Browsing by Subject "HEALTHY-ADULTS"

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  • Lindbohm, Joni; Sipilä, Pyry N.; Mars, Nina J.; Pentti, Jaana; Ahmadi-Abhari, Sara; Brunner, Eric J.; Shipley, Martin J.; Singh-Manoux, Archana; Tabak, Adam G.; Kivimäki, Mika (2019)
    Background Clinical guidelines suggest preventive interventions such as statin therapy for individuals with a high estimated 10-year risk of major cardiovascular events. For those with a low or intermediate estimated risk, risk-factor screenings are recommended at 5-year intervals; this interval is based on expert opinion rather than on direct research evidence. Using longitudinal data on the progression of cardiovascular disease risk over time, we compared different screening intervals in terms of timely detection of high-risk individuals, cardiovascular events prevented, and health-care costs. Methods We used data from participants in the British Whitehall II study (aged 40-64 years at baseline) who had repeated biomedical screenings at 5-year intervals and linked these data to electronic health records between baseline (Aug 7, 1991, to May 10, 1993) and June 30, 2015. We estimated participants' 10-year risk of a major cardiovascular event (myocardial infarction, cardiac death, and fatal or non-fatal stroke) using the revised Atherosclerotic Cardiovascular Disease (ASCVD) calculator. We used multistate Markov modelling to estimate optimum screening intervals on the basis of progression rates from low-risk and intermediate-risk categories to the high-risk category (ie, >= 7.5% 10-year risk of a major cardiovascular event). Our assessment criteria included person-years spent in a high-risk category before detection, the number of major cardiovascular events prevented and quality-adjusted life-years (QALYs) gained, and screening costs. Findings Of 6964 participants (mean age 50.0 years [ SD 6.0] at baseline) with 152 700 person-years of follow-up (mean follow-up 22.0 years [SD 5.0]), 1686 participants progressed to the high-risk category and 617 had a major cardiovascular event. With the 5-year screening intervals, participants spent 7866 (95% CI 7130-8658) person-years unrecognised in the high-risk group. For individuals in the low, intermediate-low, and intermediate-high risk categories, 21 alternative risk category-based screening intervals outperformed the 5-yearly screening protocol. Screening intervals at 7 years, 4 years, and 1 year for those in the low, intermediate-low, and intermediate-high-risk category would reduce the number of person-years spent unrecognised in the high-risk group by 62% (95% CI 57-66; 4894 person-years), reduce the number of major cardiovascular events by 8% (7-9; 49 events), and raise 44 QALYs (40-49) for the study population. Interpretation In terms of timely preventive interventions, the 5-year screening intervals were unnecessarily frequent for low-risk individuals and insufficiently frequent for intermediate-risk individuals. Screening intervals based on risk-category-specific progression rates would perform better in terms of preventing major cardiovascular disease events and improving cost-effectiveness. (C) 2019 The Author(s). Published by Elsevier Ltd.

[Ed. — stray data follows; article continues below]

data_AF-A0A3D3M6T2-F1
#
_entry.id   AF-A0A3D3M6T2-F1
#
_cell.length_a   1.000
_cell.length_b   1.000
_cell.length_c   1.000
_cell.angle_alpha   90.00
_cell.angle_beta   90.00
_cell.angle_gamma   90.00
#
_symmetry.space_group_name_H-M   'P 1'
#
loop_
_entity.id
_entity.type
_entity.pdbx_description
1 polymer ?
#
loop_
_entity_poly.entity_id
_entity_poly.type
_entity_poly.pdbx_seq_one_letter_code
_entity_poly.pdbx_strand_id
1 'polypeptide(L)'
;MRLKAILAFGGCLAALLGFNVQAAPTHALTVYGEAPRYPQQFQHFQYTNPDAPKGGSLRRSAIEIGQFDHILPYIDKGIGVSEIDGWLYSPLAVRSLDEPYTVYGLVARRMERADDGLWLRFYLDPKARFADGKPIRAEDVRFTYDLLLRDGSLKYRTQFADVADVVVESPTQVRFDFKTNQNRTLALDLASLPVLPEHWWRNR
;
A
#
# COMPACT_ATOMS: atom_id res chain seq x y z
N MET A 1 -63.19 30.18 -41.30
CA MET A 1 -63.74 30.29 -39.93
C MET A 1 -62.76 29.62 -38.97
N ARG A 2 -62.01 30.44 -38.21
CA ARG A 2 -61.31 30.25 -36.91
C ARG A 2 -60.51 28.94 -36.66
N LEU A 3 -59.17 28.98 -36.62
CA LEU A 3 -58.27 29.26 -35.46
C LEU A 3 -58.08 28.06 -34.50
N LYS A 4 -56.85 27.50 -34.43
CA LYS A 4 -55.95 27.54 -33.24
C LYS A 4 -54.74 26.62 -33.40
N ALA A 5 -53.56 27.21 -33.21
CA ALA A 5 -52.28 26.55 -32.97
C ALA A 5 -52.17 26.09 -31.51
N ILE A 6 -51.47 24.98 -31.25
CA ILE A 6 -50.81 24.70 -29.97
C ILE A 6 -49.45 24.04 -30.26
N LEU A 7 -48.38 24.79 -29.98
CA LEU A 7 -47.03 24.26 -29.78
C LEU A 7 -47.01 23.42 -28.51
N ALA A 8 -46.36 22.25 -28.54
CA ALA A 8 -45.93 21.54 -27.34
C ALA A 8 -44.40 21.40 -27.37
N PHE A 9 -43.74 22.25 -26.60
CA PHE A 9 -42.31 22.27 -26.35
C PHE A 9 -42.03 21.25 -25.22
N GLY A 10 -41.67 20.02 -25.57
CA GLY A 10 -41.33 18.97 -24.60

• Kolmeder, Carolin A.; Salojarvi, Jarkko; Ritari, Jarmo; de Been, Mark; Raes, Jeroen; Falony, Gwen; Vieira-Silva, Sara; Kekkonen, Riina A.; Corthals, Garry L.; Palva, Airi; Salonen, Anne; de Vos, Willem M. (2016)